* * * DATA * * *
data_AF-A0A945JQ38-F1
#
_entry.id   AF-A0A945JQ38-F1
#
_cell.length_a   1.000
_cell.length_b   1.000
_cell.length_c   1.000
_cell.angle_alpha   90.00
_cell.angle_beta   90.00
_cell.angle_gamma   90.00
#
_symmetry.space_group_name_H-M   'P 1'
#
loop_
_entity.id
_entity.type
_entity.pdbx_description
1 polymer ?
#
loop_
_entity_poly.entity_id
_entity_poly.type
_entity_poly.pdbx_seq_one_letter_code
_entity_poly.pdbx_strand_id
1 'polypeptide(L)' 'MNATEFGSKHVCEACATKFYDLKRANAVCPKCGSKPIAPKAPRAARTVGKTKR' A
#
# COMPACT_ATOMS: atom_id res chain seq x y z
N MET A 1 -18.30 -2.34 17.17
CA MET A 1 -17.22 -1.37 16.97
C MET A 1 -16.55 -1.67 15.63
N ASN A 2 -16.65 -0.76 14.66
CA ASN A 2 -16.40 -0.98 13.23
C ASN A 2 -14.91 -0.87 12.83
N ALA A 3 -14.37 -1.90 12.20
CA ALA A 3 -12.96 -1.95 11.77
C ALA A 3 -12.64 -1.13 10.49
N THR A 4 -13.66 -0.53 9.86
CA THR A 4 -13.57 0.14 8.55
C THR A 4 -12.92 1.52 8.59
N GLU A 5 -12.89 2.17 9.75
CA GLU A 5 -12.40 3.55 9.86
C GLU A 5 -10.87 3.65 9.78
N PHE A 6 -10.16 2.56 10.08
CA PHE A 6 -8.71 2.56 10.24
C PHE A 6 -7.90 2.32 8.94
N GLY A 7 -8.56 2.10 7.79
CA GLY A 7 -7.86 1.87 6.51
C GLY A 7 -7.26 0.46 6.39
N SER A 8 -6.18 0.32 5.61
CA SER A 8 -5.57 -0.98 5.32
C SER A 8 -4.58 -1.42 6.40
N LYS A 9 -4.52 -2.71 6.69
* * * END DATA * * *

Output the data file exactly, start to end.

data_AF-A0A945JQ38-F1
#
_entry.id   AF-A0A945JQ38-F1
#
_cell.length_a   1.000
_cell.length_b   1.000
_cell.length_c   1.000
_cell.angle_alpha   90.00
_cell.angle_beta   90.00
_cell.angle_gamma   90.00
#
_symmetry.space_group_name_H-M   'P 1'
#
loop_
_entity.id
_entity.type
_entity.pdbx_description
1 polymer ?
#
loop_
_entity_poly.entity_id
_entity_poly.type
_entity_poly.pdbx_seq_one_letter_code
_entity_poly.pdbx_strand_id
1 'polypeptide(L)' 'MNATEFGSKHVCEACATKFYDLKRANAVCPKCGSKPIAPKAPRAARTVGKTKR' A
#
# COMPACT_ATOMS: atom_id res chain seq x y z
N MET A 1 -18.30 -2.34 17.17
CA MET A 1 -17.22 -1.37 16.97
C MET A 1 -16.55 -1.67 15.63
N ASN A 2 -16.65 -0.76 14.66
CA ASN A 2 -16.40 -0.98 13.23
C ASN A 2 -14.91 -0.87 12.83
N ALA A 3 -14.37 -1.90 12.20
CA ALA A 3 -12.96 -1.95 11.77
C ALA A 3 -12.64 -1.13 10.49
N THR A 4 -13.66 -0.53 9.86
CA THR A 4 -13.57 0.14 8.55
C THR A 4 -12.92 1.52 8.59
N GLU A 5 -12.89 2.17 9.75
CA GLU A 5 -12.40 3.55 9.86
C GLU A 5 -10.87 3.65 9.78
N PHE A 6 -10.16 2.56 10.08
CA PHE A 6 -8.71 2.56 10.24
C PHE A 6 -7.90 2.32 8.94
N GLY A 7 -8.56 2.10 7.79
CA GLY A 7 -7.86 1.87 6.51
C GLY A 7 -7.26 0.46 6.39
N SER A 8 -6.18 0.32 5.61
CA SER A 8 -5.57 -0.98 5.32
C SER A 8 -4.58 -1.42 6.40
N LYS A 9 -4.52 -2.71 6.69